Once Anne reached the halfway point in her chemo, she felt the end of the treatment was in sight. But she admitted that the unknown was quite frightening at times.
'I was very lucky because Gary, my husband, was my rock. Together with my two sons, family and friends and their endless support, they helped me to get through everything. Now it's six years on and I am fully recovered but I have realised that this has changed my life. You definitely have a different attitude and you can laugh and live every day to the full.
'And that's what being a Pink Lady is all about, too.'
One of the best things to come out of such a bad experience for Anne is that she has made some new and very close lifelong friendships. But her advice to other women who fear they may have a problem is to act quickly.
'If any woman or man has noticed changes in their breast or chest tissue, they should go to their doctor to be checked out.
'Early diagnosis is very important. Don't feel that you are wasting your doctor's time because I can assure you that they don't feel this way.'

JANE'S STORY
LYMPHOEDEMA was the last thing on 38-year-old Jane's mind when she was diagnosed with breast cancer.
The mother of two underwent an aggressive programme of treatment, a mastectomy, chemotherapy and radiotherapy for a year but her battle was not over - she developed lymphoedema two years after her breast cancer treatment was complete.
'It was hard because I was in denial,' she said.
'I had been through so much already that I just wanted to get rid of it. I thought it would go away after a course of treatment but that is not the case. Lymphoedema is a chronic condition that I will have to live with for the rest of my life.'
For some breast cancer patients, it may not arise for as many as 10 years after their initial diagnosis.
'People do not realise what an impact it has.
'I didn't really know it existed until I was diagnosed and I had no idea that it would be so painful and inhibiting.
'I'm only young and there are certain things that I still can't do.'
When diagnosed with breast cancer, Jane gave up her job but was unable to go back because of lymphoedema. Her work involved lots of lifting which would severely aggravate the condition.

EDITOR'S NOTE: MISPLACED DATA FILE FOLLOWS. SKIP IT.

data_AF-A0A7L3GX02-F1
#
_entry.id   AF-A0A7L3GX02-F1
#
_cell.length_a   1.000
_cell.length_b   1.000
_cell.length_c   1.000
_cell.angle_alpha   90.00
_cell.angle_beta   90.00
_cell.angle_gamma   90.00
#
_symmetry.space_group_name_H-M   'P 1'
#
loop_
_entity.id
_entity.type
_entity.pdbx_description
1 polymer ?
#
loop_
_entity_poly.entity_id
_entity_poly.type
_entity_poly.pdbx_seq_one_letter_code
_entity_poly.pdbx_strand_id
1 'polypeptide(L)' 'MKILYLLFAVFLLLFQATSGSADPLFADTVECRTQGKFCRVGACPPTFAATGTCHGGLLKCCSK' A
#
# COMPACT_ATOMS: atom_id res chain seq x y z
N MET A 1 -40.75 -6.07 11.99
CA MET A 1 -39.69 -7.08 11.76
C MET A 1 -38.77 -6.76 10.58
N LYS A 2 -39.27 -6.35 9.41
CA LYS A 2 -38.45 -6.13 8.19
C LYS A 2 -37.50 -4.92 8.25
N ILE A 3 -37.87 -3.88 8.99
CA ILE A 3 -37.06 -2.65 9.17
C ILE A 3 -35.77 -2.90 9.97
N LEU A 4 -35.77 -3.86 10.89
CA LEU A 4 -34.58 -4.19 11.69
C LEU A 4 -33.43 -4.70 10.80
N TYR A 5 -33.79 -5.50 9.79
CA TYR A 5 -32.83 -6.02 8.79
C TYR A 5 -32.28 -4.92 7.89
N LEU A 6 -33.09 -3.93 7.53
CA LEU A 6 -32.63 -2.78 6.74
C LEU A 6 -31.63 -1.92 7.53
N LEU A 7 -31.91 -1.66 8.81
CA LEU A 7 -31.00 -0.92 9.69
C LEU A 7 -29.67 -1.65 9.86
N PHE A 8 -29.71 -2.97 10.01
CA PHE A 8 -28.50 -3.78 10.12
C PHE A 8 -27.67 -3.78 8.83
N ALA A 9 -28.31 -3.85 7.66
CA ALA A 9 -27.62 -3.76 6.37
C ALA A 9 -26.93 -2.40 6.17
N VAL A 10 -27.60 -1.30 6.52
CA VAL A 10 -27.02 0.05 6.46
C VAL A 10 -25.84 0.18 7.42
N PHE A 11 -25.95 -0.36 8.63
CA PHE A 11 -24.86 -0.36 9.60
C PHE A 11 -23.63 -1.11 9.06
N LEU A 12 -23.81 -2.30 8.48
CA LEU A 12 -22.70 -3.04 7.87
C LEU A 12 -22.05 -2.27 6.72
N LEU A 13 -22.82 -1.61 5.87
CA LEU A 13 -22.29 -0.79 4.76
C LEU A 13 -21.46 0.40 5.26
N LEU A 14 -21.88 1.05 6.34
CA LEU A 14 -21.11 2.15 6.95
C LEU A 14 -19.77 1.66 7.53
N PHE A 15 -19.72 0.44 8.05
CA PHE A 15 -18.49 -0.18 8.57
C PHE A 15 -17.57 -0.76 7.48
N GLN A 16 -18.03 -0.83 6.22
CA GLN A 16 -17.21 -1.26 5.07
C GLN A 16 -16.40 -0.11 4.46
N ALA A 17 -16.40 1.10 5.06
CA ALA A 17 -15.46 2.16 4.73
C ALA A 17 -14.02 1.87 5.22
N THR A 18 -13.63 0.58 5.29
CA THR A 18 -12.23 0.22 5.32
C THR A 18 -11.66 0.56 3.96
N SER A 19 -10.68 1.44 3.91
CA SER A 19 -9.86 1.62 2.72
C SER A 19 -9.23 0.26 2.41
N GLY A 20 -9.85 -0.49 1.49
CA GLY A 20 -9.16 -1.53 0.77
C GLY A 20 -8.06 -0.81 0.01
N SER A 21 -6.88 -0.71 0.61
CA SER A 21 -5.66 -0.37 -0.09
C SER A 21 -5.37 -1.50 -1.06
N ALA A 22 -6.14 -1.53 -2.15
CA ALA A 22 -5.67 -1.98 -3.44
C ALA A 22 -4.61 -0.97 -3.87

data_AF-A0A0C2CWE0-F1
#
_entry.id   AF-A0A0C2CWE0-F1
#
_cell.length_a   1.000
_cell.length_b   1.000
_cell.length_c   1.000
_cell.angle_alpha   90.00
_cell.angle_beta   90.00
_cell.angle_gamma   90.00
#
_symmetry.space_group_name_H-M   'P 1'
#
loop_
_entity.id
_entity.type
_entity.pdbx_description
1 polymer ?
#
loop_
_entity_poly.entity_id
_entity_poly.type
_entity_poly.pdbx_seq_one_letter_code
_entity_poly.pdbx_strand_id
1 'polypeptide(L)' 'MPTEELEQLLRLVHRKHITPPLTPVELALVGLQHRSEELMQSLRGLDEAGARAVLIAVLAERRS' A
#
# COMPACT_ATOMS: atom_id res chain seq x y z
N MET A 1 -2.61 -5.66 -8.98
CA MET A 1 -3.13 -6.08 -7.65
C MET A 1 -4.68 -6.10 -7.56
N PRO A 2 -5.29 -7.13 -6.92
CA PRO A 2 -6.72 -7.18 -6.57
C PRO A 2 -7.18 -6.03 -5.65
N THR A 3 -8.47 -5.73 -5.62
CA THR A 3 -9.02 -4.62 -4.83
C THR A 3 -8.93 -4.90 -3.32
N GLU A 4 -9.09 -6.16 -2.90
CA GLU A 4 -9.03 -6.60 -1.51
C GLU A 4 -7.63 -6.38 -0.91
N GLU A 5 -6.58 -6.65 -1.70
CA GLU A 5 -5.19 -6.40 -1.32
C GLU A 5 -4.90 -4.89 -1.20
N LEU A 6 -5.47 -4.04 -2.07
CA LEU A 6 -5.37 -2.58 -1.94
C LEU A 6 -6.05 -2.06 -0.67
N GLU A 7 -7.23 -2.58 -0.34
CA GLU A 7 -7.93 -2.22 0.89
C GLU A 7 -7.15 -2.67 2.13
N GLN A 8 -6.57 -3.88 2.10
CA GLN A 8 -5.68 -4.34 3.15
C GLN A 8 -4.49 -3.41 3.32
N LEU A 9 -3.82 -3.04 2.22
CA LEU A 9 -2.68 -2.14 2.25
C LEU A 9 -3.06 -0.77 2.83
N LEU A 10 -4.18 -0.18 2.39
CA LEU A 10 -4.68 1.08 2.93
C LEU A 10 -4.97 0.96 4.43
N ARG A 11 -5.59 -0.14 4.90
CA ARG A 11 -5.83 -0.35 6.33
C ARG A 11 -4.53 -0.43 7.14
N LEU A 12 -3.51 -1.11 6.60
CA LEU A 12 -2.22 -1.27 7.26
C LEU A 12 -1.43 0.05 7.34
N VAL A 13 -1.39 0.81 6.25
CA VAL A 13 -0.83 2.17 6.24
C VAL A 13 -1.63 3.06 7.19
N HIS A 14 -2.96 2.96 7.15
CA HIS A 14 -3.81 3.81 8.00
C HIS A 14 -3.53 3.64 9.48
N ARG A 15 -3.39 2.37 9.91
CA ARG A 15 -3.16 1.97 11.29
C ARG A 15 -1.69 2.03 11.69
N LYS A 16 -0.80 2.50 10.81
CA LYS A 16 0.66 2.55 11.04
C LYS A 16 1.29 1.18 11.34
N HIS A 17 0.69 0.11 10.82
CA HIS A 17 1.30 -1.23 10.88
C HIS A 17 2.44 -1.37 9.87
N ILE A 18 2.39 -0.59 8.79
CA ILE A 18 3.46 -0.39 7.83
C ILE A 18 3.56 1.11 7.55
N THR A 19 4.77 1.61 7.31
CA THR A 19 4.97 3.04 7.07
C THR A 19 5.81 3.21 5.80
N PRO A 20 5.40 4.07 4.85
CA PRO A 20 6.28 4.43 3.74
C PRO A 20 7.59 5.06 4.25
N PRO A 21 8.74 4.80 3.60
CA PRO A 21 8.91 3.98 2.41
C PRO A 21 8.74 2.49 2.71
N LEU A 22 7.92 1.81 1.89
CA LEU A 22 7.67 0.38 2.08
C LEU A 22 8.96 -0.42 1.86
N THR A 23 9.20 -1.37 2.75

'I had to move my kitchen around because I have limited movement and I have to be careful what I grip. I also drive an automatic car now.'
Jane's cuff covers her entire arm from her shoulder to the palm of her hand.
'I'm lucky really: some people have to wear theirs to the end of their fingertips. There are some women who suffer much worse than I do. It can get to the point where your skin splits because the swelling gets so bad and the skin can stretch only so far.'
Jane has adapted her life to cope with the condition but the financial burden would be far greater if it were not for the support of the Pink Ladies.
'The treatment is very expensive but is not automatically paid for by the States. Without the Pink Ladies, I would have to pay for therapy myself and there is no way I would be able to afford the amount that my condition requires.
'I would not be able to go as often and I think it would just get worse and worse. I think a lot of people think it's a just a swollen arm but it is something that you need to keep on top of.
'It's not something that's been publicised enough and other people get it - not just breast cancer patients. We need to create awareness about the condition.'

WALK FACTS

* There are two walking routes. The first starts at Grand Rocques at 6.30pm and is approximately 10.5 miles long. The second is approximately 3.5 miles, starts at 8pm at Bordeaux and will be joined by those from the first walk to the finish line in Town, where there will be a celebration.
* All ages are welcome, although youngsters must be accompanied by an adult. The event, which is being publicised by the Guernsey Press, will also include a competition for the best-decorated pink T-shirt and the best-dressed lady.
* If you would like to make donations of bottled water for water stations along the way, contact Anne on 07781 417044.
* The Pink Ladies is registered with the Association of Guernsey Charities. The helpline number is 07781 415131 or you can visit www.pinkladies.org.gg for more information.
* The Guernsey Press will be regularly updating readers about the event, sharing people's stories and printing registration forms throughout the coming weeks.